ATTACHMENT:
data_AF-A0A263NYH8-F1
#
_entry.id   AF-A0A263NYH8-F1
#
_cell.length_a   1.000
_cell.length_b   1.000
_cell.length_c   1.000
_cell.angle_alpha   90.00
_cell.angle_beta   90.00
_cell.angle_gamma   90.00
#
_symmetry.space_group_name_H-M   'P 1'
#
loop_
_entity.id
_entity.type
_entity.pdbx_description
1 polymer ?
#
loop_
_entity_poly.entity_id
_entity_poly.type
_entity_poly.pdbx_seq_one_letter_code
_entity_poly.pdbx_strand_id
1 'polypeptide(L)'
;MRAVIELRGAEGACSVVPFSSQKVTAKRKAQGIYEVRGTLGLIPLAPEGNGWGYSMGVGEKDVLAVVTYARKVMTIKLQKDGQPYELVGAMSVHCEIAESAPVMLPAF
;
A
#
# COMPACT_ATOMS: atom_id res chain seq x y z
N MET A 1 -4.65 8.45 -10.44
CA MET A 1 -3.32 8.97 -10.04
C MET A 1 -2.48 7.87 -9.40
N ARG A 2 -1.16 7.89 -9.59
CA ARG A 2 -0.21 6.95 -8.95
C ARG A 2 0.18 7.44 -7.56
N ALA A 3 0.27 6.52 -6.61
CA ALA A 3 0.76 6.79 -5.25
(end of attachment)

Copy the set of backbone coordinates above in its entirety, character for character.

data_AF-A0A263NYH8-F1
#
_entry.id   AF-A0A263NYH8-F1
#
_cell.length_a   1.000
_cell.length_b   1.000
_cell.length_c   1.000
_cell.angle_alpha   90.00
_cell.angle_beta   90.00
_cell.angle_gamma   90.00
#
_symmetry.space_group_name_H-M   'P 1'
#
loop_
_entity.id
_entity.type
_entity.pdbx_description
1 polymer ?
#
loop_
_entity_poly.entity_id
_entity_poly.type
_entity_poly.pdbx_seq_one_letter_code
_entity_poly.pdbx_strand_id
1 'polypeptide(L)'
;MRAVIELRGAEGACSVVPFSSQKVTAKRKAQGIYEVRGTLGLIPLAPEGNGWGYSMGVGEKDVLAVVTYARKVMTIKLQKDGQPYELVGAMSVHCEIAESAPVMLPAF
;
A
#
# COMPACT_ATOMS: atom_id res chain seq x y z
N MET A 1 -4.65 8.45 -10.44
CA MET A 1 -3.32 8.97 -10.04
C MET A 1 -2.48 7.87 -9.40
N ARG A 2 -1.16 7.89 -9.59
CA ARG A 2 -0.21 6.95 -8.95
C ARG A 2 0.18 7.44 -7.56
N ALA A 3 0.27 6.52 -6.61
CA ALA A 3 0.76 6.79 -5.25